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Nearly any good biography about a writer makes the reader far more curious to skip the secondhand accounts and read the subject’s original prose. In painting a rich and unusual picture of Babitz’s life and work, Anolik succeeds in this mission. The accompanying excerpts from essay collections Eve’s Hollywood and Slow Days, Fast Company (held up as the avatars of Babitz at her finest) ripple with vivacious wit and penetrating insight. Her accounts of L.A.’s glossy appeal make for a seductive counterpoint to the lacerating Didions of the world, progressing from early retorts to hometown criticisms that are funny but too defensive, until by Slow Days she has hit on a perfect blend of breeze and don’t-give-a-fuck insularity:

People with sound educations and good backgrounds get very pissed off in L.A. “This is not a city,” they’ve always complained. “How dare you people call this place a city!”

They’re right. Los Angeles isn’t a city. It’s a gigantic, sprawling, ongoing studio. Everything is off the record. People don’t have time to apologize for its not being a city when their civilized friends suspect them of losing track of the point.

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As biographer, Anolik is an unflinching and often excellent writer capable of capturing the strange mystique of her elusive prey, even detailing her own lengthy and frustrating process of cajoling the now-reclusive writer from her darkened apartment via promises of free meals and delivered sweets. Babitz’s reticence is understandable. She more or less disappeared from public view following a horrific accident in 1997, which left her with third-degree burns on more than half of her body, a dark turn for a woman who had found a joyous appreciation in her physical form and its power to entrance.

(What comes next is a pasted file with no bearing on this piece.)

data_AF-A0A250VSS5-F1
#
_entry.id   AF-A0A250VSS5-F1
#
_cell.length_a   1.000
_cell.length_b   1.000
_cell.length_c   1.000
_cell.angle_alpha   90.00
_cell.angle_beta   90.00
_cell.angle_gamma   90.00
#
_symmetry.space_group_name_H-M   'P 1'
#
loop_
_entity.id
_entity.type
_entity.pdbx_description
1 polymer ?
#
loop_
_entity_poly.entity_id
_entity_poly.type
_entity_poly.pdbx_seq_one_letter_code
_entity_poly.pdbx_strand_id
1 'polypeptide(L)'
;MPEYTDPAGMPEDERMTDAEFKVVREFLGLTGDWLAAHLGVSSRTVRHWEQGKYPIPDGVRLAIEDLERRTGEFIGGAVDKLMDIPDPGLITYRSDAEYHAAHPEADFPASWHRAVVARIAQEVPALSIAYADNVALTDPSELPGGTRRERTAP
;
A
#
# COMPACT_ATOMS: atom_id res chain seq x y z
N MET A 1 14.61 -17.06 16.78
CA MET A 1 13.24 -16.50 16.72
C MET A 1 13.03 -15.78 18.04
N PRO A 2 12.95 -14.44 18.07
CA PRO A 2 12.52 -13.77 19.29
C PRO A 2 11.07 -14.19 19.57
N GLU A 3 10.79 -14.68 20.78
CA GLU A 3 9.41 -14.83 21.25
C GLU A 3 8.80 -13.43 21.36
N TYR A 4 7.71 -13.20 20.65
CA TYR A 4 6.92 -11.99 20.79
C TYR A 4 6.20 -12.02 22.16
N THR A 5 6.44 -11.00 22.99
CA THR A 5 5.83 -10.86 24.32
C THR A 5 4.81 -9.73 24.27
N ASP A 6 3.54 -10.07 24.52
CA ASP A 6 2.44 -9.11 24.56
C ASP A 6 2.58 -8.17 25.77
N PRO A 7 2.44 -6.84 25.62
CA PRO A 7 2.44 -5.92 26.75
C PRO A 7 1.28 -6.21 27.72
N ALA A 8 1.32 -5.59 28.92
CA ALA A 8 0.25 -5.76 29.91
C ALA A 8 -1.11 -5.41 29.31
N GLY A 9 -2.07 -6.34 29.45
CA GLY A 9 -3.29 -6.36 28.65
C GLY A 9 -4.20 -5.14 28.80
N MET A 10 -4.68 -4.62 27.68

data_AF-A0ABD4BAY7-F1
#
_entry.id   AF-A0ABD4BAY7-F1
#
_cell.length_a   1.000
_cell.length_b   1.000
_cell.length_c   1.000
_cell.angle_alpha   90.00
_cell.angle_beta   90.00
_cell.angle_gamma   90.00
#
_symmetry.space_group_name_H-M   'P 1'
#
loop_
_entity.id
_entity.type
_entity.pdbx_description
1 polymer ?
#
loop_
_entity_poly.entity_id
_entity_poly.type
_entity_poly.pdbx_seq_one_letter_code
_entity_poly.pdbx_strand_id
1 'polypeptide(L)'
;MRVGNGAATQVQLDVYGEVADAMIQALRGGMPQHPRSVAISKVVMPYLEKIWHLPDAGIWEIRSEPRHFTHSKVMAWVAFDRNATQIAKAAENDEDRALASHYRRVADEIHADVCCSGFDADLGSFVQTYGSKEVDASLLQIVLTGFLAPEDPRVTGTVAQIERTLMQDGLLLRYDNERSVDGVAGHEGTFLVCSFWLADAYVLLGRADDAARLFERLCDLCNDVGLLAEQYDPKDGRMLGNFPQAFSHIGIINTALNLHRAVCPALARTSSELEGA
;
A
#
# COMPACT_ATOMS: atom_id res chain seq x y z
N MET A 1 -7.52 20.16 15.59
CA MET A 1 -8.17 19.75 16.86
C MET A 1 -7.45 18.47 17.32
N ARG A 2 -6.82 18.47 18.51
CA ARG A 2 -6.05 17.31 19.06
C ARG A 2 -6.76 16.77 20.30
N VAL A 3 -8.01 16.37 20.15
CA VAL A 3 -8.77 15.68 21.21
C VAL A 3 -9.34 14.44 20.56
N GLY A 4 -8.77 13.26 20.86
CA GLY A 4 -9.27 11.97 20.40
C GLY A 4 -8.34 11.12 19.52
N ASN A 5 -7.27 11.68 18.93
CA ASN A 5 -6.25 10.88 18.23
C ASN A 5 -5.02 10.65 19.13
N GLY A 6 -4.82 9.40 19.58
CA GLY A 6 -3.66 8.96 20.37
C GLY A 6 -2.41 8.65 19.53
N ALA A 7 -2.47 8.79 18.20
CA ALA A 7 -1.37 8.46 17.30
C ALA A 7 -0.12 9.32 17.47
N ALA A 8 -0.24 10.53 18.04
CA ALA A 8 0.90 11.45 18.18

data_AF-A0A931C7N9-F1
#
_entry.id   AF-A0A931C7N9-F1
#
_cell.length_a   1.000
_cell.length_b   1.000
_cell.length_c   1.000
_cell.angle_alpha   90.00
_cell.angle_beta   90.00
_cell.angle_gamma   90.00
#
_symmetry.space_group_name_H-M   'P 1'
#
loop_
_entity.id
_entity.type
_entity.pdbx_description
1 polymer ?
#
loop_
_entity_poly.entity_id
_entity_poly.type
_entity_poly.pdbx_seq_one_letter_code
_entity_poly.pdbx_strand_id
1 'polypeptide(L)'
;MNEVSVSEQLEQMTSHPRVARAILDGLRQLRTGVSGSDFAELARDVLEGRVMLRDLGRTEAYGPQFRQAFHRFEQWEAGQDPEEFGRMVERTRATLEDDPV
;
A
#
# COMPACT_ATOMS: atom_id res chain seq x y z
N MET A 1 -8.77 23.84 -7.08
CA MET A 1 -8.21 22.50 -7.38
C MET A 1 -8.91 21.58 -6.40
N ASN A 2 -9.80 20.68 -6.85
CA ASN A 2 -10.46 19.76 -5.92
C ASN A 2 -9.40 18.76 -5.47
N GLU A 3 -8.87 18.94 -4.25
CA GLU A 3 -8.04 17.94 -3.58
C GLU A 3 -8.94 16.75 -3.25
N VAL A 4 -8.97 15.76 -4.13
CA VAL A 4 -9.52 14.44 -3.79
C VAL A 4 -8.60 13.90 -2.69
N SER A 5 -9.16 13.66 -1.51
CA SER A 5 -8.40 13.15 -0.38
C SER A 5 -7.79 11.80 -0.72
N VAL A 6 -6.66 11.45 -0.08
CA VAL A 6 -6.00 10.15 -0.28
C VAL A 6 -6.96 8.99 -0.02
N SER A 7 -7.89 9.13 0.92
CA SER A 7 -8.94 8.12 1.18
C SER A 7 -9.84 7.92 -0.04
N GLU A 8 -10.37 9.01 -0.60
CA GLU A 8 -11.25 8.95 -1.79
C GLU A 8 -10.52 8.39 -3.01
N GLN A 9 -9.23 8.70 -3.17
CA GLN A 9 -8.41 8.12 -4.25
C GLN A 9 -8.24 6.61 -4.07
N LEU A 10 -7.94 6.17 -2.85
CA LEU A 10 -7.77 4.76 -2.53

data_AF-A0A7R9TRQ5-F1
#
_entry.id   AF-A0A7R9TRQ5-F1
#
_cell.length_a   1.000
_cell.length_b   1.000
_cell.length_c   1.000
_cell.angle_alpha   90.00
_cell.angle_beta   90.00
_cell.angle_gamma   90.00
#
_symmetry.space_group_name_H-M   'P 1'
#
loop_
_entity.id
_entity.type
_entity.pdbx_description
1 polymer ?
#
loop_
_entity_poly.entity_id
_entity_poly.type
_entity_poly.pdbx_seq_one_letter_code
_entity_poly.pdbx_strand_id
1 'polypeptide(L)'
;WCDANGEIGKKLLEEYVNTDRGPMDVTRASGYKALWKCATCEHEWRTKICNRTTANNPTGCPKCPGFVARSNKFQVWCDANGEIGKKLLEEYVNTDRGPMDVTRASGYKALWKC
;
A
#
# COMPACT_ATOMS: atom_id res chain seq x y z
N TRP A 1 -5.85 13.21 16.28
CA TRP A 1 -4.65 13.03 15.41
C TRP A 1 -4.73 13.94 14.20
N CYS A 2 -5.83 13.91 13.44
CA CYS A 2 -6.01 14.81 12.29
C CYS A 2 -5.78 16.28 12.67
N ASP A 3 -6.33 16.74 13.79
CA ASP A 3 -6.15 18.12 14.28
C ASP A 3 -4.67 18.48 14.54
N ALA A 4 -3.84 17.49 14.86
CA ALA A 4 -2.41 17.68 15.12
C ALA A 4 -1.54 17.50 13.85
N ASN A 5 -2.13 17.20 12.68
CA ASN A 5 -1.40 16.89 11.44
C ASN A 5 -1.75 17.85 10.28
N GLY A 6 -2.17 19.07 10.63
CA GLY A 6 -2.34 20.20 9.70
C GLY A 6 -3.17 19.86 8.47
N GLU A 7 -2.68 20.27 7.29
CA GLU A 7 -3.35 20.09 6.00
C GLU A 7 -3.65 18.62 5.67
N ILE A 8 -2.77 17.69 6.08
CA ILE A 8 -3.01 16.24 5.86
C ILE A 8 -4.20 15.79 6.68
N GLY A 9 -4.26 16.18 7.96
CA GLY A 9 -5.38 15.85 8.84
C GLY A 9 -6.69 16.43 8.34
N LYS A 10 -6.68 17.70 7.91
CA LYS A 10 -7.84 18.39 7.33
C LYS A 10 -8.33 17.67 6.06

But even as Anolik offers candid assessments of Babitz, her family, and the players of the bygone L.A. scene, she can’t resist the urge to engage in a little myth-making, turning the former “It Girl” into a phoenix of heroic iconoclasm, a woman without regrets who has bent life to her will and lived free from conventional restraints. In Anolik’s hands, Babitz’s downfall due to drugs sounds less like the standard tragic narrative and more like a victory against stifling social norms. The writer may ascribe Babitz the mentality of “a child” who refuses to mature, but she also grants her near-mythological status:

So eagerly does Eve court corruption, so exuberantly does she participate in her degradation, so merrily does she roll along the path of sin, that she’s incorruptible, undegradable, and beyond reproach. She’s naughty, certainly, but bad, never. Is an innocent no matter how depraved her conduct. A lewd angel.

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Anolik makes the case that her outsized version of Babitz might be the correct one. Eve Babitz is a fascinating figure, more so than many of the famous contemporaries with whom she shared a bed, and her persona (and the seemingly never-ending parade of juicy anecdotes it generated) grabs the imagination until the final pages.

Some passages may pull the modern reader up short, and with good reason. Anolik largely refuses to pass judgment on the sometimes horrifying men of this narrative and their behavior, instead following her subject’s lead when recounting certain abusive incidents. These dark moments are jarring among all the empowered behavior Babitz exhibits, a reminder that for all the freewheeling sexuality of its female characters, they still resided within the confines of a culture too comfortable with denying women their agency. But this deepens the contradictions and questions that make up Eve Babitz and the world in which she pushed, poked, and fucked in exploration of a richer and more fulfilling existence. The writing endures, available for all to savor the language of an author who wielded it with glorious abandon, combining surgical precision with sprawling experimentation. And now the woman herself will endure as well, in a biography that celebrates her with equally contradictory affection.